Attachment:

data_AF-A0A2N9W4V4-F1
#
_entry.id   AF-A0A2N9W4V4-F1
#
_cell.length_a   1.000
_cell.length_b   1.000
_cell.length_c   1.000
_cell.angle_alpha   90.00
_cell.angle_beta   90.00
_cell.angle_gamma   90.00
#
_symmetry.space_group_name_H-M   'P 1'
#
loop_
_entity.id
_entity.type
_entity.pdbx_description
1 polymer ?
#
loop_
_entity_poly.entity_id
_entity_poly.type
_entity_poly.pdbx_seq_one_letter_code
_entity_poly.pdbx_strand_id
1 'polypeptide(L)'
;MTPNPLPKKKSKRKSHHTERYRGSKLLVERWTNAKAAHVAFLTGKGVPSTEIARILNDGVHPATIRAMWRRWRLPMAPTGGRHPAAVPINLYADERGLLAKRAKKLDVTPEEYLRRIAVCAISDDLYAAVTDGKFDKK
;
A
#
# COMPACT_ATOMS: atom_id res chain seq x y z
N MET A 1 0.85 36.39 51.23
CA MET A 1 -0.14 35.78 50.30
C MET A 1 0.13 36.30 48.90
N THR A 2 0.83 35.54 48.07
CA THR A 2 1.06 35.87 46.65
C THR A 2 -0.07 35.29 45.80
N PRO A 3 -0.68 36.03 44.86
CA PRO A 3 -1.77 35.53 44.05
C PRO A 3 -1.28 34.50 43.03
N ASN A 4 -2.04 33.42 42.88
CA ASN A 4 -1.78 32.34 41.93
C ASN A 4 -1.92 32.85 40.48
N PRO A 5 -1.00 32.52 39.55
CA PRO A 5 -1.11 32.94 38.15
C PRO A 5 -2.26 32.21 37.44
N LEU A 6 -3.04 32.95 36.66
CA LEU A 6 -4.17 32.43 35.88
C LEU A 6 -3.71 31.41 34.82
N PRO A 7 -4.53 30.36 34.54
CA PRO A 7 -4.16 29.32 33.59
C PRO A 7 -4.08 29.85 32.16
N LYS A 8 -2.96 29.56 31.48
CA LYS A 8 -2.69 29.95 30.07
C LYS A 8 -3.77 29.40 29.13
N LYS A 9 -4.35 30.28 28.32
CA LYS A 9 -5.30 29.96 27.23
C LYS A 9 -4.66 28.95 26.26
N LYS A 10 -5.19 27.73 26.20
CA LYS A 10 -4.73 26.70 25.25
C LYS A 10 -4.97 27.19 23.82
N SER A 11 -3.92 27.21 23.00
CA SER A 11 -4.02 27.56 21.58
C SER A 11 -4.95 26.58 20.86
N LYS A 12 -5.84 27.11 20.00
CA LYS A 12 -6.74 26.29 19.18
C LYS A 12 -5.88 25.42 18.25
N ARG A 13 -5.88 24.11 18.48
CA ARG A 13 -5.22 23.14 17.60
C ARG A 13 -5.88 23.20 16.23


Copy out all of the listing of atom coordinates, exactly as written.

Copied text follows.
data_AF-A0A2N9W4V4-F1
#
_entry.id   AF-A0A2N9W4V4-F1
#
_cell.length_a   1.000
_cell.length_b   1.000
_cell.length_c   1.000
_cell.angle_alpha   90.00
_cell.angle_beta   90.00
_cell.angle_gamma   90.00
#
_symmetry.space_group_name_H-M   'P 1'
#
loop_
_entity.id
_entity.type
_entity.pdbx_description
1 polymer ?
#
loop_
_entity_poly.entity_id
_entity_poly.type
_entity_poly.pdbx_seq_one_letter_code
_entity_poly.pdbx_strand_id
1 'polypeptide(L)'
;MTPNPLPKKKSKRKSHHTERYRGSKLLVERWTNAKAAHVAFLTGKGVPSTEIARILNDGVHPATIRAMWRRWRLPMAPTGGRHPAAVPINLYADERGLLAKRAKKLDVTPEEYLRRIAVCAISDDLYAAVTDGKFDKK
;
A
#
# COMPACT_ATOMS: atom_id res chain seq x y z
N MET A 1 0.85 36.39 51.23
CA MET A 1 -0.14 35.78 50.30
C MET A 1 0.13 36.30 48.90
N THR A 2 0.83 35.54 48.07
CA THR A 2 1.06 35.87 46.65
C THR A 2 -0.07 35.29 45.80
N PRO A 3 -0.68 36.03 44.86
CA PRO A 3 -1.77 35.53 44.05
C PRO A 3 -1.28 34.50 43.03
N ASN A 4 -2.04 33.42 42.88
CA ASN A 4 -1.78 32.34 41.93
C ASN A 4 -1.92 32.85 40.48
N PRO A 5 -1.00 32.52 39.55
CA PRO A 5 -1.11 32.94 38.15
C PRO A 5 -2.26 32.21 37.44
N LEU A 6 -3.04 32.95 36.66
CA LEU A 6 -4.17 32.43 35.88
C LEU A 6 -3.71 31.41 34.82
N PRO A 7 -4.53 30.36 34.54
CA PRO A 7 -4.16 29.32 33.59
C PRO A 7 -4.08 29.85 32.16
N LYS A 8 -2.96 29.56 31.48
CA LYS A 8 -2.69 29.95 30.07
C LYS A 8 -3.77 29.40 29.13
N LYS A 9 -4.35 30.28 28.32
CA LYS A 9 -5.30 29.96 27.23
C LYS A 9 -4.66 28.95 26.26
N LYS A 10 -5.19 27.73 26.20
CA LYS A 10 -4.73 26.70 25.25
C LYS A 10 -4.97 27.19 23.82
N SER A 11 -3.92 27.21 23.00
CA SER A 11 -4.02 27.56 21.58
C SER A 11 -4.95 26.58 20.86
N LYS A 12 -5.84 27.11 20.00
CA LYS A 12 -6.74 26.29 19.18
C LYS A 12 -5.88 25.42 18.25
N ARG A 13 -5.88 24.11 18.48
CA ARG A 13 -5.22 23.14 17.60
C ARG A 13 -5.88 23.20 16.23